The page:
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Natural Methods for Managing Diabetes

photo of fresh organic vegetables | Johns Creek Family Medicine

Cruciferous, root, and leafy green vegetables are the best source of minerals that diabetics require.

It is no secret that diabetes cases are on the rise both in the United States and around the globe. If you have received a diagnosis, the staff at Johns Creek Family Medicine would like you to know there are certain steps you can take to improve your health, and you can start by changing your lifestyle.

 

Hydrate

Poor hydration is common among diabetics because the high blood sugar causes the body to draw water from itself to help flush out the excess glucose in the blood. This is the main reason for excessive thirst and frequent urination that co-occur with diabetes. In some cases, simply better hydration can help prevent the insulin resistance, or even reverse the diabetic condition altogether. Thus, adults should drink at least three quarts of carbon-only filtered tap water or spring water daily. Also, avoid fruit juices, caffeinated beverages, and alcohol.

 

Reduce Your Carbohydrate Intake

Simply reducing carbohydrate-rich and starchy foods alone can work wonders in preventing glucose fluctuations and unwanted weight gain. The most likely results are steadier blood sugar levels and weight loss. Foods such as grains, bread, and certain cereals are high up on the Glycemic Index and should be avoided.

 

Eat Whole, Organic Foods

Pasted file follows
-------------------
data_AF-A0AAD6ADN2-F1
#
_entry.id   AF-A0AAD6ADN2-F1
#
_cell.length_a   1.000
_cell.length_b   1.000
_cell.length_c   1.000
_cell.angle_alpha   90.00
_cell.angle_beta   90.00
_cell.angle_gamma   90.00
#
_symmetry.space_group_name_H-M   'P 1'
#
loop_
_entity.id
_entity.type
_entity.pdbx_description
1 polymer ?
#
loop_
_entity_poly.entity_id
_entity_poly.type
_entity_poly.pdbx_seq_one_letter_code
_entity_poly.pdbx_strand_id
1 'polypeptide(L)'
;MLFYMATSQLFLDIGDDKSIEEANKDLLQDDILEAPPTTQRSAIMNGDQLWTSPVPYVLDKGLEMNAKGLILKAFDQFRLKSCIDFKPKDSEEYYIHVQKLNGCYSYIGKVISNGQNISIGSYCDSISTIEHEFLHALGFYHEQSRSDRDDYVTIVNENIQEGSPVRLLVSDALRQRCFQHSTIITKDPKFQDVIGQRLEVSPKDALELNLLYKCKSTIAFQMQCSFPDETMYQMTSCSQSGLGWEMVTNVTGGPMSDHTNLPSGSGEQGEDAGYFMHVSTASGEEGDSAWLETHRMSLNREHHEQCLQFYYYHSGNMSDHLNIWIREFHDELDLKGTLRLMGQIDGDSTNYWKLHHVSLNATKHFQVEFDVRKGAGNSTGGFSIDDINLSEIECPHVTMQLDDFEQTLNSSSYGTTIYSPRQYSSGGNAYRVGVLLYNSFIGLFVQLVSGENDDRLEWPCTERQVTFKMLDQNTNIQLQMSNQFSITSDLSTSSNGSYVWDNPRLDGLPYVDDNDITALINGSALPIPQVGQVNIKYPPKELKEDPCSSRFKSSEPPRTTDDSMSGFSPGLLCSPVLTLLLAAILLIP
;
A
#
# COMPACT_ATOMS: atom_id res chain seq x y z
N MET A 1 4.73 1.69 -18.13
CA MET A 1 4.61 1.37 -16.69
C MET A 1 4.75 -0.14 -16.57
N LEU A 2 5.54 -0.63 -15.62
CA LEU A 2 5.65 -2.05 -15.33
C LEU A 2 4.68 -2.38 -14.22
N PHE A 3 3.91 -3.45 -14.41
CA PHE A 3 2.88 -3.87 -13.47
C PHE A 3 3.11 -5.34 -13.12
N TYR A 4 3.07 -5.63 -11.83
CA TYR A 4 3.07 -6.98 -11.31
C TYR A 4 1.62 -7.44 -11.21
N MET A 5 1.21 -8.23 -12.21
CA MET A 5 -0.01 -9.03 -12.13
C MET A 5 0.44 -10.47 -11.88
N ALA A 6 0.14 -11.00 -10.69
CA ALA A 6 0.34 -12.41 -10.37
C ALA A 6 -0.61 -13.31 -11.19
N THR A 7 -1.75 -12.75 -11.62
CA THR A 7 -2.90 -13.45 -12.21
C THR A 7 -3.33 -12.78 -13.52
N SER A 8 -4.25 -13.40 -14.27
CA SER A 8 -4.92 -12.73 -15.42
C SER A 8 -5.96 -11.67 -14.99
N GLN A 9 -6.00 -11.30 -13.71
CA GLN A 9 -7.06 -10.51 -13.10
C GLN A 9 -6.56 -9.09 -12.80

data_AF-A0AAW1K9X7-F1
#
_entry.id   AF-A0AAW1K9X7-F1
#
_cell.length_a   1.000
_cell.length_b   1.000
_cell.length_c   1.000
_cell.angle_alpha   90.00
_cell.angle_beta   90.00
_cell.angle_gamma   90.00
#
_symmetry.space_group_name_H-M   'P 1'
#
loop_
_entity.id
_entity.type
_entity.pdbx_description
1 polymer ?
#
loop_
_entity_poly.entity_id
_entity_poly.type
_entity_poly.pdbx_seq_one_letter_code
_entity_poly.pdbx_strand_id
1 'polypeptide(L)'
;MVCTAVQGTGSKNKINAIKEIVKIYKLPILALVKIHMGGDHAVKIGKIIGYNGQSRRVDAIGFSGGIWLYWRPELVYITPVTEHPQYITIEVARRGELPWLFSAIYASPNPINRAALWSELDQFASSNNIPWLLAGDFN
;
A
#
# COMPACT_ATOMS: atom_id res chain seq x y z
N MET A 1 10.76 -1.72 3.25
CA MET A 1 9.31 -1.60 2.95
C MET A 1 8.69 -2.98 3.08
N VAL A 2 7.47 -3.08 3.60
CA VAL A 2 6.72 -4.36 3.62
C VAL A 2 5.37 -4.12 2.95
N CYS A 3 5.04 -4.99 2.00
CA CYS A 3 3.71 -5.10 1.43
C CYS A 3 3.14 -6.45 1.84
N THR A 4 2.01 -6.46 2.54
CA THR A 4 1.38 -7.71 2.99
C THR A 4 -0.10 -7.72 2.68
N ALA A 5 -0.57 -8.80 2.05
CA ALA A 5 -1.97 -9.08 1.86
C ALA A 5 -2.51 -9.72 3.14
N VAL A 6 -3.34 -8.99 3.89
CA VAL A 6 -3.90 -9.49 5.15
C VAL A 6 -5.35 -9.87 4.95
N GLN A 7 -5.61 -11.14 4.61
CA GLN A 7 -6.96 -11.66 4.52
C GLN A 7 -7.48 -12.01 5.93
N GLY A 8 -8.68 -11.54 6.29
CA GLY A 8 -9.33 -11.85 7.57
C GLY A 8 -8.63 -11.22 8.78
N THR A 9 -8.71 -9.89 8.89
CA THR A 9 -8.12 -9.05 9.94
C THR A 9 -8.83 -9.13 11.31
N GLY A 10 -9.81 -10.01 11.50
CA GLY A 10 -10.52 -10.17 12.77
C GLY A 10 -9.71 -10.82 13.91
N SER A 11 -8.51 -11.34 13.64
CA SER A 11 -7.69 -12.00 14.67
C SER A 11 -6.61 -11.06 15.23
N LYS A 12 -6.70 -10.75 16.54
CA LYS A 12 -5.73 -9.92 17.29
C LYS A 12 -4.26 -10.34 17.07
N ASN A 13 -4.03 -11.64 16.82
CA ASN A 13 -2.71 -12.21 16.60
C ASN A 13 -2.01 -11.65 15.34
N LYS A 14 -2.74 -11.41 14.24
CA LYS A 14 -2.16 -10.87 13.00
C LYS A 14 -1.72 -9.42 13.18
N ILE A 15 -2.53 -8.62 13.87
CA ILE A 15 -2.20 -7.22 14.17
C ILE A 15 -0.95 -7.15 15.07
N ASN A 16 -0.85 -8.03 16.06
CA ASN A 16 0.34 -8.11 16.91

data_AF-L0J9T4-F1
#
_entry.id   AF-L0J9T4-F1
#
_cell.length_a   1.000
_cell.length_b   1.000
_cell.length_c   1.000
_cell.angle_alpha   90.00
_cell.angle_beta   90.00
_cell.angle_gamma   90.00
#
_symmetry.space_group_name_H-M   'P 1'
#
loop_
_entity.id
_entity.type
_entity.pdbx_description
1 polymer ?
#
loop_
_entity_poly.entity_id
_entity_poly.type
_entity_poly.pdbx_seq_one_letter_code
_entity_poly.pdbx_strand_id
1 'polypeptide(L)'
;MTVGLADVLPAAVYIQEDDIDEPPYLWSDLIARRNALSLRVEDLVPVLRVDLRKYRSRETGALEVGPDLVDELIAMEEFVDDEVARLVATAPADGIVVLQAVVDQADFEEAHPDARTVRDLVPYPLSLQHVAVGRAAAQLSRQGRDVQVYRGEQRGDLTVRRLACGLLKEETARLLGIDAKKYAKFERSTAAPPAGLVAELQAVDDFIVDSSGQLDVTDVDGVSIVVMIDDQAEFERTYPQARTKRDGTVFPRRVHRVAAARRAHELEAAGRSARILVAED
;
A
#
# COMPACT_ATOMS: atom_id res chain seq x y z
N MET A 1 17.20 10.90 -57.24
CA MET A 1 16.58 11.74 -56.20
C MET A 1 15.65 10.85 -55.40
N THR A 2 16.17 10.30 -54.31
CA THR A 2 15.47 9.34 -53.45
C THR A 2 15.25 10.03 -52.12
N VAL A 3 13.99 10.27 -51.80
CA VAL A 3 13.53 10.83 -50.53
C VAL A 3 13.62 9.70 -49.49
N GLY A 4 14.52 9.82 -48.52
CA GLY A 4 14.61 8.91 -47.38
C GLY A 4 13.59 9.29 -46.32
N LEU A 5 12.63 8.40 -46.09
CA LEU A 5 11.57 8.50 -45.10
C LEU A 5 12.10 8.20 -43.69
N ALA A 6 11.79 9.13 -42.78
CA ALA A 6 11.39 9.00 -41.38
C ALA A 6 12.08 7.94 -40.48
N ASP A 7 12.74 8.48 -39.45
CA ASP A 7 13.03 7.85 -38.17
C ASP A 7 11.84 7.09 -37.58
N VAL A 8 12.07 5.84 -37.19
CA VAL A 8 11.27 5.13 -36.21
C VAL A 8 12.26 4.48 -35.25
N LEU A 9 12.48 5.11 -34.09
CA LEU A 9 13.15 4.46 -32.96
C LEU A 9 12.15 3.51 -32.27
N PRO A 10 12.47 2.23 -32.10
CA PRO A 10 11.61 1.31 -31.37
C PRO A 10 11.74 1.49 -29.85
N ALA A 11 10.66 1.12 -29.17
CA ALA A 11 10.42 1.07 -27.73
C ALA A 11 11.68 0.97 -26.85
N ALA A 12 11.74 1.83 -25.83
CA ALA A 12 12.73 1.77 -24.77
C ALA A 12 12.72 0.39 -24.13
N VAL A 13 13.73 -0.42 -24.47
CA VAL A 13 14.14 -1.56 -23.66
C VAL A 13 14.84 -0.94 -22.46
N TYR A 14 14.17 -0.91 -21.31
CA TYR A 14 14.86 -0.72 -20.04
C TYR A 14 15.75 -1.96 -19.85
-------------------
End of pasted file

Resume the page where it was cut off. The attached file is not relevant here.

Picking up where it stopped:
If possible, always settle for unprocessed, chemical-free foods. Cruciferous, root, and leafy green vegetables are the best source of minerals that diabetics require. Steaming and cooking them breaks down the insoluble fiber and makes it easier for the body to absorb the essential nutrients and also activate their healing energy. Also, when selecting meats, choose those that are grass-fed, wild game or free-range. And for your dairy products, always go raw.

 

Take Vitamin and Mineral Supplements

Diabetes is often associated with mineral deficiency, especially chromium (poor insulin effectiveness), manganese (low energy and craving for sweets), and zinc (poor production of insulin), and other minerals that are further depleted by the consumption of carbohydrates.

Without a good intake and absorption of these vital nutrients, your body cannot perform the basic functions that are necessary to sustain life, let alone manage blood sugar. While specialists recommend a targeted and nutritional balancing program, a person with diabetes can benefit from taking high-quality food-based supplements of these minerals. You can as well add omega-3 fatty acids, selenium, vitamins A, B complex, and D, calcium, kelp, magnesium, and a digestive enzyme.
 

Sleep More and Avoid Stress

Plenty of sleep and rest are critical to your overall health. Unfortunately, many people overlook this fact. For diabetes patients, doctors recommend at least 10 hours of sleep every night, as well as going to bed early. Sleeping consistently at 9 pm or earlier is ideal for your Circadian Rhythm, and can be vital for getting a sufficient night’s sleep. Also vital is the reduction of your daily stress levels, which can strain your adrenal glands, causing the secretion of excess sugar into the blood. Many diabetics neglect their self-care and adopt an exhausting lifestyle. If not corrected, this pattern can cause greater health complications.

Diabetes is a serious condition, and this makes it important to adopt a healthy lifestyle. If you hydrate well, eat a healthy diet, take mineral supplements, and reduce stress, you will improve your health greatly. If you need any advice and help regarding your diabetes condition, visit Dr. Charkawi at the Johns Creek Family Medicine that is located in Johns Creek near the Peachtree Parkway (Highway 141) and McGinnis Ferry Road intersections, directly opposite the Emory Johns Creek Hospital on Hospital Parkway. Johns Creek Family Medicine serves patients from South Forsyth, Gwinnett and North Fulton counties and the surrounding North Atlanta areas such as Duluth, Alpharetta, Suwannee, Cumming, Roswell, Johns Creek, and Dawsonville.

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